The Sunday afternoon Bloomsbury Group tour drifted past, their guide waxing posh and poetic about Mrs Dalloway. Floral summer dresses caught the sunlight through the leaves; bright, surreal and kaleidoscopic. I felt his hand on my hip and reached behind to guide him inside me, biting my T-shirt so as not to cry out and give us away. I didn't know his name and I can't remember what he looked like, only how he felt.
The girl is in hospital, and the doctor tells her a story about a man who died in his bed at home, an old man. At the moment of death, he appeared to his estranged daughter. He was suddenly in the cafe where she worked, stood by a table for a moment with his hand resting on a bottle of ketchup. Before she could ask what he was doing there, he flickered out, like someone had thrown a switch.
I wonder what my ledger looks like, karma-wise. I imagine it to be squarely in the black before my move to America. On the debit side, some minor things like nicking a rose apple from my neighbour’s tree. On the credit side the charge I led at my first job when I found out all the girls were paid less than the boys.
If there is anything millennials will be known for (besides avocados and flat whites,) it will be our unhealthy fixation with The Side Hustle—turning what should be hobbies into income. So, do you stay on the Titanic, because the Titanic has free eye tests and statutory sick pay, or do you risk floating to safety on a door while documenting it on Instagram video?
Bisexuality and promiscuity are often discussed simultaneously, as if one were simply a symptom of the other. It is a worn-out trope, that of the promiscuous bisexual. Being ‘just greedy’ was a joke that I played along with from my teens to my early twenties, because, Yes, I thought, I am a greedy person. I am touch-sensitive, extroverted, impulse driven. But these traits are inherent to me—not my sexuality.
Since being told, at the age of fourteen, that I should expect to grow up to be a manic depressive schizophrenic, I have been hyperaware of the schism that can occur when expectations are placed on a person based on nothing more than preconceptions, stereotypes and assumptions – of how they stay with you for life.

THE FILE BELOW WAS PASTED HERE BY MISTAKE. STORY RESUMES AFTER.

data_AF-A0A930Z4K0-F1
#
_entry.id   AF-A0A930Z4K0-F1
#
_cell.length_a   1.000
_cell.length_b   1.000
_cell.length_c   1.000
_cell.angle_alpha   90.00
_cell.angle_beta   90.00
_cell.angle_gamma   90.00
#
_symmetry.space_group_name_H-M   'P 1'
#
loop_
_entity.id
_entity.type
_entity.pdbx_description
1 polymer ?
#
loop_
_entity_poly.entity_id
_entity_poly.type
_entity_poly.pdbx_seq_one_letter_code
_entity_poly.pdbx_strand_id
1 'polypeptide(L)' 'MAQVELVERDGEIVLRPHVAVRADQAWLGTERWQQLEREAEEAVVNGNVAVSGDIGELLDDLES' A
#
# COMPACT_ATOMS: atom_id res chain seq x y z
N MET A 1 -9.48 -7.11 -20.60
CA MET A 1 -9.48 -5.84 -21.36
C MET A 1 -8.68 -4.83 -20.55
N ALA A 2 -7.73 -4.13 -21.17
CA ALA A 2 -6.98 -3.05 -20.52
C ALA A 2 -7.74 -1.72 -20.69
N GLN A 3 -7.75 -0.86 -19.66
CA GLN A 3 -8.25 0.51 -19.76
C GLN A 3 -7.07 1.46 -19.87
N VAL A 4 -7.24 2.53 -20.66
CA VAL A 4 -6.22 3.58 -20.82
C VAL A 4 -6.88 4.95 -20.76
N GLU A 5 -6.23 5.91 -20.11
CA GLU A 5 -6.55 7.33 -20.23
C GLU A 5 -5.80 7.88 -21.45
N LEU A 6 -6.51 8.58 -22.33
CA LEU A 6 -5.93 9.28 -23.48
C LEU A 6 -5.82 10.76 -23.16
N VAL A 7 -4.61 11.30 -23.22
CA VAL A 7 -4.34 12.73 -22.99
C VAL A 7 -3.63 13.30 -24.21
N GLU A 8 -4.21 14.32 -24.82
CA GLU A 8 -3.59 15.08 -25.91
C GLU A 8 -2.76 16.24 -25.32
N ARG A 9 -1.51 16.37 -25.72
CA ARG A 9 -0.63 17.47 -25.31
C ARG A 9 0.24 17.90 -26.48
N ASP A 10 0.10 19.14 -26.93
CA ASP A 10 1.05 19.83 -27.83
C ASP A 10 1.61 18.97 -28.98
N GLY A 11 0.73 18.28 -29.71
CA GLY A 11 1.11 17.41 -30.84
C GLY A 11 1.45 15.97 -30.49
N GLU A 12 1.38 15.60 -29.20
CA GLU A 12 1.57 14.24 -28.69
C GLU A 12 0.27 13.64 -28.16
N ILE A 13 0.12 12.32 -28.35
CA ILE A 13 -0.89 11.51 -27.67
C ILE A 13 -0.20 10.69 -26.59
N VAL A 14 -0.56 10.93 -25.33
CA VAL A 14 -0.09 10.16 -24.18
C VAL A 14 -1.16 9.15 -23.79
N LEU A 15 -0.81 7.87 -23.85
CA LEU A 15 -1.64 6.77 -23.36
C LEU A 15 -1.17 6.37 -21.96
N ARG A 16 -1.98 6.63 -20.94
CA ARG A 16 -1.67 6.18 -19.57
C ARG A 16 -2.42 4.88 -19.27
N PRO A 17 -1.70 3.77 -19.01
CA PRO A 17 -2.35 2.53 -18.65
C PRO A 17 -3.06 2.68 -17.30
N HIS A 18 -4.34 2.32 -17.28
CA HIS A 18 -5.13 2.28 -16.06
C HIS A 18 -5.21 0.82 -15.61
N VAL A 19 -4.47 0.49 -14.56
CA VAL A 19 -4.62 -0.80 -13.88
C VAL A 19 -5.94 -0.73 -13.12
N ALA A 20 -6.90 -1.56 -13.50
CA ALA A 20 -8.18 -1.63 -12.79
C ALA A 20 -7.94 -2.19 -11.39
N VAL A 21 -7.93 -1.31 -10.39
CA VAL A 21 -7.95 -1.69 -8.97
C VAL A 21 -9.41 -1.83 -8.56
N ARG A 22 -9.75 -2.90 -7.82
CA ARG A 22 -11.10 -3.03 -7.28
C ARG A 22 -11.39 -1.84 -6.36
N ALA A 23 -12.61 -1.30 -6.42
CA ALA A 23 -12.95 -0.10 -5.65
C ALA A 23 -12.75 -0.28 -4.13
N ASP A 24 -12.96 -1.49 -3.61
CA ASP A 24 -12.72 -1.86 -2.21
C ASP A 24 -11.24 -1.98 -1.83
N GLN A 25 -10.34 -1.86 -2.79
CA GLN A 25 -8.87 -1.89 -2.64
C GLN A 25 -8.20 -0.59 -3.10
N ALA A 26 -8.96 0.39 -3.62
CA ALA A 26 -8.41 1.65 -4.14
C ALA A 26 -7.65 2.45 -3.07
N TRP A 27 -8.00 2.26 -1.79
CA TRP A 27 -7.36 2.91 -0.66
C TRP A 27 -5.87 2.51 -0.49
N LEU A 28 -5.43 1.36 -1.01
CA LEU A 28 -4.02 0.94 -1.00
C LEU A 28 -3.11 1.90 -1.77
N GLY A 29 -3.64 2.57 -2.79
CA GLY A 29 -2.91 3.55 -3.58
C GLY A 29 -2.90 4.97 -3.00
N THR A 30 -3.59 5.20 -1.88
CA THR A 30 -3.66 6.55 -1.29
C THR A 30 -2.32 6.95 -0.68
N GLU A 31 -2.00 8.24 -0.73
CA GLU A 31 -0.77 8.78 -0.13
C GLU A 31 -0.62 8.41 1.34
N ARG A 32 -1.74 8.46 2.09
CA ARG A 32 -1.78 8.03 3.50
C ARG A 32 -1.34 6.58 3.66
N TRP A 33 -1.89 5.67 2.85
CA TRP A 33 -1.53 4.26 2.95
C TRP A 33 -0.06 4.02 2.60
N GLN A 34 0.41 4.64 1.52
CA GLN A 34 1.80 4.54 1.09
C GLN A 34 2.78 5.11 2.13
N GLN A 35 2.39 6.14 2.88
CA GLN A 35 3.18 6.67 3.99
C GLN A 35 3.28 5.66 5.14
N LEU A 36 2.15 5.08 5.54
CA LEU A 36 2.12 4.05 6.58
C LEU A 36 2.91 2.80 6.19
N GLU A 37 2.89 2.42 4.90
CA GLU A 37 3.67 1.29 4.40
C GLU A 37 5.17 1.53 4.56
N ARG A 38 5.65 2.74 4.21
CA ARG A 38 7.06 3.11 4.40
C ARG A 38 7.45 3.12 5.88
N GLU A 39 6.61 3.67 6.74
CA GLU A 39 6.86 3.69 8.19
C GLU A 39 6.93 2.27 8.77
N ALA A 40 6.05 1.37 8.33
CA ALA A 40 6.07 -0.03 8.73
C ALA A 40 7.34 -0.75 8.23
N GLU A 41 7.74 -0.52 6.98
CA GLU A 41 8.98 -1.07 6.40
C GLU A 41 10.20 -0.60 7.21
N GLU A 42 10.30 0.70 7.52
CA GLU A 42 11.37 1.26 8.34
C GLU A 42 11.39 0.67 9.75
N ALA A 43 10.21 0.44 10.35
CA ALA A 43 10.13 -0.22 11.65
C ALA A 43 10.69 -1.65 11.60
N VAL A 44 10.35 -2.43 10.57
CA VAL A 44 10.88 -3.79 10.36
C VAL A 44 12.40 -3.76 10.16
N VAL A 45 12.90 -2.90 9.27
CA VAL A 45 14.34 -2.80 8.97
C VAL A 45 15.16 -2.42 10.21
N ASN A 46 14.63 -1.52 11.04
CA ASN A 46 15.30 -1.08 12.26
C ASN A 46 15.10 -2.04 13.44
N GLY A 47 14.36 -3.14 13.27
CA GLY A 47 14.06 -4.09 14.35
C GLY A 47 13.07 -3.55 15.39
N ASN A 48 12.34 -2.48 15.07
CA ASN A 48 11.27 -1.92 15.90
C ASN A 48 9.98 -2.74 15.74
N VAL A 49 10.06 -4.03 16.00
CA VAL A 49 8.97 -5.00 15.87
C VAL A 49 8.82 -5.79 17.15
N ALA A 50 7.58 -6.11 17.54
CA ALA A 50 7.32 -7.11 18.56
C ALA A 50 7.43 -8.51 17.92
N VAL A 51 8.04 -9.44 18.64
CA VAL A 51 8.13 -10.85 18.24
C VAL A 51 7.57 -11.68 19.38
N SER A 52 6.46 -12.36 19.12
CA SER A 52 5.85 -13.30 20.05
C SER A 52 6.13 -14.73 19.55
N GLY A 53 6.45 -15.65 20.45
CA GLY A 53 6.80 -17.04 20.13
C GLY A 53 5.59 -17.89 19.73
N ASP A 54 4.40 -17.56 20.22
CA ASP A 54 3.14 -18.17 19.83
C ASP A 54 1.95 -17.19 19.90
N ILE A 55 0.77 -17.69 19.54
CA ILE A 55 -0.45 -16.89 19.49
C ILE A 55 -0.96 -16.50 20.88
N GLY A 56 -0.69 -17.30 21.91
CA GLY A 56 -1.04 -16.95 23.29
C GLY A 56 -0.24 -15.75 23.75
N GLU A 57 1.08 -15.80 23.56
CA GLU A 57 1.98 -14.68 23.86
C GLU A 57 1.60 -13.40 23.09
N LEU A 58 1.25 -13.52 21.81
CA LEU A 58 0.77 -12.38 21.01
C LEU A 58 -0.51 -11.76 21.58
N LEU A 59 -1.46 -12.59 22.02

Essex’s marshlands are a damp reminder of a break-up that the British are yet to come to terms with. Around 8,000 years ago, the landmass that connected the UK to the European mainland, was submerged under newly melted waters creating what is now the eighth largest island in the world.
My matchmaker is a man. A man in a crisp, white shirt and trousers. ‘Shouldn’t you be an old lady?’ I ask. He bridles. ‘That’s kind of a cliché.’ I’m two weeks into my first trip to China. As a kid living in pre-Handover Hong Kong, China was a terrifying, monolithic presence. Now, it is a place I long to understand.
A person writes, “I’d be curious to see you discuss sex lives that can feel non-existent … how to feel comfortable with your sexuality when you’ve not been intimate with someone for well over a few years.” This month’s column is named after a poem by my friend Amy Key, Lousy with unfuckedness, I dream.
The following question was posed to me: ‘I know all modern sex havers have to be GGG (good, giving, and game), but at what point [in a relationship] can one stop being GGG?’ ... I think, in general, one should accommodate a partner’s desires on occasion as a mark of generosity, which is what being GGG entails, above all.